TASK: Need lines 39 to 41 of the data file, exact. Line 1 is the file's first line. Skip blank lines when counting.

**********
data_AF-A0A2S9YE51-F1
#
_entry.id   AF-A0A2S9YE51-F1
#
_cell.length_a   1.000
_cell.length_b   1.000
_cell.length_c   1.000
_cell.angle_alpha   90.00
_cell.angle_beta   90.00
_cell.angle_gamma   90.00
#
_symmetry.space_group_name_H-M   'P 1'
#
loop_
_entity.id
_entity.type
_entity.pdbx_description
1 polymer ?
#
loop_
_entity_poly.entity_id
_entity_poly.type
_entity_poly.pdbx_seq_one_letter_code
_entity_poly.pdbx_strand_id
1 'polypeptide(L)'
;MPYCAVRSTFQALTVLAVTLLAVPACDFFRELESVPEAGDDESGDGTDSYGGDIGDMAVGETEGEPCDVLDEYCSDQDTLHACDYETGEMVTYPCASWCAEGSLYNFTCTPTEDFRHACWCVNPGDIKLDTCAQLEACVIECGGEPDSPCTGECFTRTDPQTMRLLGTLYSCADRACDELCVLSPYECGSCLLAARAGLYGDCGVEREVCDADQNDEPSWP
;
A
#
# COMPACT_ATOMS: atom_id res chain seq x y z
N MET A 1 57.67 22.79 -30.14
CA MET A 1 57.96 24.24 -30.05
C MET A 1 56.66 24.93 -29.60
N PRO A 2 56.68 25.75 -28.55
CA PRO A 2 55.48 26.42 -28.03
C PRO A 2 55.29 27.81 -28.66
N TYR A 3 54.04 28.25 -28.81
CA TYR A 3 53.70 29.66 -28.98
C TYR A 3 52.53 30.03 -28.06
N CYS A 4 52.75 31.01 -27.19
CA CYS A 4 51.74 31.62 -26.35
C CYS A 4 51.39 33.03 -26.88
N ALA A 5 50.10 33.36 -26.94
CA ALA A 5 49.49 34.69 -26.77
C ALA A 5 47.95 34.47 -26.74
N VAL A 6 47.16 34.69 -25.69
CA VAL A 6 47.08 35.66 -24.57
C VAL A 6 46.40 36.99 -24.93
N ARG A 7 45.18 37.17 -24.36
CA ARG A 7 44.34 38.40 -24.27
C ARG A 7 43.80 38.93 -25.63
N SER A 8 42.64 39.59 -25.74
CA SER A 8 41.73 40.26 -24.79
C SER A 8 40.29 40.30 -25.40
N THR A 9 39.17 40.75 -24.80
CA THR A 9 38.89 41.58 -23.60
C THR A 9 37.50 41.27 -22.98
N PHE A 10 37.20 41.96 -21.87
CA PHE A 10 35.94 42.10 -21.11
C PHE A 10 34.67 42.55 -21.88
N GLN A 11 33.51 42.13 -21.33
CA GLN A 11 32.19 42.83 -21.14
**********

C TYR A 3 52.53 30.03 -28.06
N CYS A 4 52.75 31.01 -27.19
CA CYS A 4 51.74 31.62 -26.35